Redshift meets Excel

2015-04-06 2 min read

    As part of our data pipeline, we have a Redshift agg job that takes low level data and rolls it up to an hourly aggregate. A latter job takes the hourly data and rolls it up to a daily level which is used for high level reporting and summary statistics. Earlier this week we ran into a hiccup that caused some of these aggregate jobs to fail. After fixing the issue we had to figure out what data was affected and rerun it. We wrote a simple query to count the numbers of rows per day per hour in order to spot any gaps.

    select ymd, hour, count(1) as cnt
    from hourly_agg_table
    where ymd >= '2015-04-01'
    group by ymd, hour
    order by ymd, hour;

    This gave us a dataset with three columns that we wanted to then “pivot” in order to quickly spot the gaps. Using the pivot table functionality in Excel, it was simple to put date along one dimension and hour along the other to quickly spot the missing agg periods. All that was left was rerunning the job for those hours.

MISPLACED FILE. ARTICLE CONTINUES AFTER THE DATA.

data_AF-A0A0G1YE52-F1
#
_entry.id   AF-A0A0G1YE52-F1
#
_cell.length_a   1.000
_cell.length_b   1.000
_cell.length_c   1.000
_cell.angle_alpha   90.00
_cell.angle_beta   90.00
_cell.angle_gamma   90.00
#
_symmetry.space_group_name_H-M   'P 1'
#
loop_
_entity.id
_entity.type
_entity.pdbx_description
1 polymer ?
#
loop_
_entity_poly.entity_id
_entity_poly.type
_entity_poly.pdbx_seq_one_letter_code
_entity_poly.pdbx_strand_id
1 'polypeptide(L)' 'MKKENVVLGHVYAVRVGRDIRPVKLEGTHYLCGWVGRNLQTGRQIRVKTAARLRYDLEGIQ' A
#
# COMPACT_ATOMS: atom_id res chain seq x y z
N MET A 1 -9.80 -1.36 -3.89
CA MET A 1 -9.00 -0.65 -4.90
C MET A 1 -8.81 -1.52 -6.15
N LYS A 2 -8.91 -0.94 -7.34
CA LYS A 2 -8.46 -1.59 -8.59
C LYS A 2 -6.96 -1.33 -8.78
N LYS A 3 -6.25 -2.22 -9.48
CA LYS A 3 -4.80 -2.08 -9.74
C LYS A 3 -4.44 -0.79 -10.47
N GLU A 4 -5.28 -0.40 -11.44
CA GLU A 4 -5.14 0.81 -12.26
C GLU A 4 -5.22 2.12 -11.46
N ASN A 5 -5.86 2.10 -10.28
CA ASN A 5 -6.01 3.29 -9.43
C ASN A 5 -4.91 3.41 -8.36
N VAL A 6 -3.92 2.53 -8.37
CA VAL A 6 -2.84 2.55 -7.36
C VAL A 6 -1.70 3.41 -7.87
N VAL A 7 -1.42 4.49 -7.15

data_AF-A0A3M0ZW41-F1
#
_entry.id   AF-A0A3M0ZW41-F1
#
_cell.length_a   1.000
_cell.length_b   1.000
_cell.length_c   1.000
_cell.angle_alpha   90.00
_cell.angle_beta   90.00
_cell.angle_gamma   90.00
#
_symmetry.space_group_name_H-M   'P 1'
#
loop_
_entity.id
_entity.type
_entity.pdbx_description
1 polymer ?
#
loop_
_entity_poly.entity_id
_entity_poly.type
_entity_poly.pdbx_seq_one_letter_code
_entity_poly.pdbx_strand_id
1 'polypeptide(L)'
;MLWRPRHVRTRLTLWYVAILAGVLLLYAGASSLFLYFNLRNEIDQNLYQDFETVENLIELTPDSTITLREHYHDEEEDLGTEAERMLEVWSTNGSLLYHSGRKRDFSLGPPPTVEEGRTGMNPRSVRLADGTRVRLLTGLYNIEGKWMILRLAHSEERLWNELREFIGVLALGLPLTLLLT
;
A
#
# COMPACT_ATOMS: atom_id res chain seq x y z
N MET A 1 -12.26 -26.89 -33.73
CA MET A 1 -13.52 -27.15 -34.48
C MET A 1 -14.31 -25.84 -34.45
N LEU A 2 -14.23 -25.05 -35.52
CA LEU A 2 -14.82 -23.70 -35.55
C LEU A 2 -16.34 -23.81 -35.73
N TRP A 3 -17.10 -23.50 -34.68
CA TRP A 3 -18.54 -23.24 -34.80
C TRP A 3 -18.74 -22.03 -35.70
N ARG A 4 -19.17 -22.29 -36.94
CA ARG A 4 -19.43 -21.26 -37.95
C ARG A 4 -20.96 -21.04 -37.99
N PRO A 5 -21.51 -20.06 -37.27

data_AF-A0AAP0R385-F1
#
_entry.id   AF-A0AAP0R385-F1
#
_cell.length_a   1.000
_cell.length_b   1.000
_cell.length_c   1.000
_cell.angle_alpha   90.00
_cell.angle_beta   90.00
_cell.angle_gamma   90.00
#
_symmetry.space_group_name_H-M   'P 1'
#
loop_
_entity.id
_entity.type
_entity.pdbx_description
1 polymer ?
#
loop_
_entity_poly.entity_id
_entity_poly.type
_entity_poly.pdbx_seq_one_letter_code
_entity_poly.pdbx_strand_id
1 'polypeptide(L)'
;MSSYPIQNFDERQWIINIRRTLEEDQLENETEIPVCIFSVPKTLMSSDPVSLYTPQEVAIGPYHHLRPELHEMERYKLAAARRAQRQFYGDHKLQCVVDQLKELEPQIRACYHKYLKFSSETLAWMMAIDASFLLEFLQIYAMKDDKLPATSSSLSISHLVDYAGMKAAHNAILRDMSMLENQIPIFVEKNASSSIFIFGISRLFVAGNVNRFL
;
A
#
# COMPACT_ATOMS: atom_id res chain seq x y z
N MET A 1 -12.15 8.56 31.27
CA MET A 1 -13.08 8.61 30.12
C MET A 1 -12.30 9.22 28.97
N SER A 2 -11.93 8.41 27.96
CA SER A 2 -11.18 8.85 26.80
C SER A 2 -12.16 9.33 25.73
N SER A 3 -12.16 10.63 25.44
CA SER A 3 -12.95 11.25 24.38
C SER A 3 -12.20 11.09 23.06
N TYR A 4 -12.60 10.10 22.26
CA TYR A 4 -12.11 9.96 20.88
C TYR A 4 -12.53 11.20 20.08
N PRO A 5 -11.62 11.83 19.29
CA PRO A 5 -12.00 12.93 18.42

Redshift to Excel pivot table

    This investigation reminded me how important it is to be familiar with your tools and choose the right one for the job. Redshift and Excel are antithetical - Redshift is massively parallelizable and built for terabytes of data while Excel slows to a crawl when dealing with tens of thousands of rows. But by mixing them together we’re able to use each for what it’s best for: Redshift for very quick, large scale queries and Excel for the quick and dirty investigative work. This approach is useful in all sorts of problems - from mixing command line scripts with fleshed out programs to using a script or Excel to generate commands that you can then paste into the terminal or an editor. The key point is understanding your workflow and tools well enough to come up with an optimized process.